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Iron in his veins
Nine hours and 47 minutes was all it took for junior Jonathan Fecik to swim 2.4 miles, bike 112 miles and run 26.2 miles at the Coeur d’Alene Triathlon in Idaho. He took first place in the 18-to-24 age group, and placed among the top five overall, earning a spot in the Ironman Triathlon World Championship in Hawaii.
Originally from Lancaster, Pa., Fecik, who is double majoring in biology and english, first became motivated to race after his fourth grade teacher told her class about her experience racing in the Lake Placid Triathlon.
“She brought in all these things from the race, and I remember I thought it was so cool,” Fecik said.
Fecik began competing in eighth grade, starting out with a cycling race.
“I did horrible in the race,” Fecik said. “It was awful.”
After someone suggested trying a triathlon race, he figured, “it couldn’t be much worse then cycling.”
Fecik excelled at his first race and was recommended to pursue the Ironman Triathlon. However he could not train for an intense race, like the Ironman, on his own. Coach Holden Comeau then approached Fecik. He quickly began training with Comeau in anticipation of his next triathlon.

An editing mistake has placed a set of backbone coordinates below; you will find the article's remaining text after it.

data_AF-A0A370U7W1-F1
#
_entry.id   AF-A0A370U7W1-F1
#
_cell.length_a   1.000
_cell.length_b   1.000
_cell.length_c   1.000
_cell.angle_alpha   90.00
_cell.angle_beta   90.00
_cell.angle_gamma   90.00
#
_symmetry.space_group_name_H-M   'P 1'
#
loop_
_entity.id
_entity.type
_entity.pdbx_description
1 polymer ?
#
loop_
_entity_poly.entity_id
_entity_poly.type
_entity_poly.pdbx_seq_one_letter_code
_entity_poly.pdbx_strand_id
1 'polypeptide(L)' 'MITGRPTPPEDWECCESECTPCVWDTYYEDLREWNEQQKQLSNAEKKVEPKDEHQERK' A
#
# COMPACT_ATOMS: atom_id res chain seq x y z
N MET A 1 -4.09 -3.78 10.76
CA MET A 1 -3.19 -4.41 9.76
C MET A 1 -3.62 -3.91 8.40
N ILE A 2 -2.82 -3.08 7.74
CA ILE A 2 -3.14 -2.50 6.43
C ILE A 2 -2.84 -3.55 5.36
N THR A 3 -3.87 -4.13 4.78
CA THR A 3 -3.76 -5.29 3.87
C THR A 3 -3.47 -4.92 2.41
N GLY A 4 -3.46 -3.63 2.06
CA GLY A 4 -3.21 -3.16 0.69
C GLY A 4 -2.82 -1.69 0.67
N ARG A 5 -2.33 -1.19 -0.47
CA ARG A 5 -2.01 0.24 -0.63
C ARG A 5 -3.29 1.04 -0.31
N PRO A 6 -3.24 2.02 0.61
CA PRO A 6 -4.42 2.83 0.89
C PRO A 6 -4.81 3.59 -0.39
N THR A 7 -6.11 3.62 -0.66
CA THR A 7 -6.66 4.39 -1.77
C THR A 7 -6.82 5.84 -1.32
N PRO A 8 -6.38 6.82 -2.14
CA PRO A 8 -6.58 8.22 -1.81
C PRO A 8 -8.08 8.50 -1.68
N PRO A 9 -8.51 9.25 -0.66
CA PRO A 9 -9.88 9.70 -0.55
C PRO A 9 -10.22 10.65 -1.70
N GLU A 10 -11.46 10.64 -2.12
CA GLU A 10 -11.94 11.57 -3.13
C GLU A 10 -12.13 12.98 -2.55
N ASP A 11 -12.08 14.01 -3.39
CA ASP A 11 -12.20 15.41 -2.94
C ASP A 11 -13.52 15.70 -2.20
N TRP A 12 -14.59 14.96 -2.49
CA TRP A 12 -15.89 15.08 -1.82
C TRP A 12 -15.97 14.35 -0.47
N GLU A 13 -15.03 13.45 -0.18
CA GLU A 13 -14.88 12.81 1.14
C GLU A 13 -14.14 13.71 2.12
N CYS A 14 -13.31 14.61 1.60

“I train anywhere from four to six hours a day, which adds up to about 24 hours a week,” Fecik said of his current training regimen. “Sometimes I have a bad week and I only get in 10 hours of training, but I try to stick to my training schedule as much as possible.”
Fecik became eligible to compete in the Ironman at the age of 18. He ran in his first race in Lake Placid in 2007. He was the youngest competitor at the time and finished the race in 12 hours and 20 minutes. Since then Fecik’s time has dropped by more than two hours, and he has staked a claim as first overall in Connecticut.
In terms of the race itself his favorite place to race is Lake Placid, N.Y.
“I like Lake Placid because the scenery is awesome and the path of the race is well marked and easy to follow,” he said.
Unlike most athletes, Fecik doesn’t listen to any pump up music before he competes.
“It’s a long race and I need to be focused for the entire time,” he said. “Music beforehand would be more of a distraction. For example, I have to eat while I’m racing and it’s easy to lose track of time between when I ate and when I have to eat again.”
Fecik said he hopes to one day run professionally.
“You don’t win many prizes at my level, it would be nice, but it’s fun to race, it’s something I really enjoy doing,” he said.
On Saturday, Oct. 10, Fecik will be in Kona, Hawaii, competing in the Ironman World Championship. There will be 1,800 participants. The only way to get into the race is through a lottery or through qualifying events. Fecik has come far in his three years of competing in the Ironman, and he hopes his winning streak will continue in Hawaii.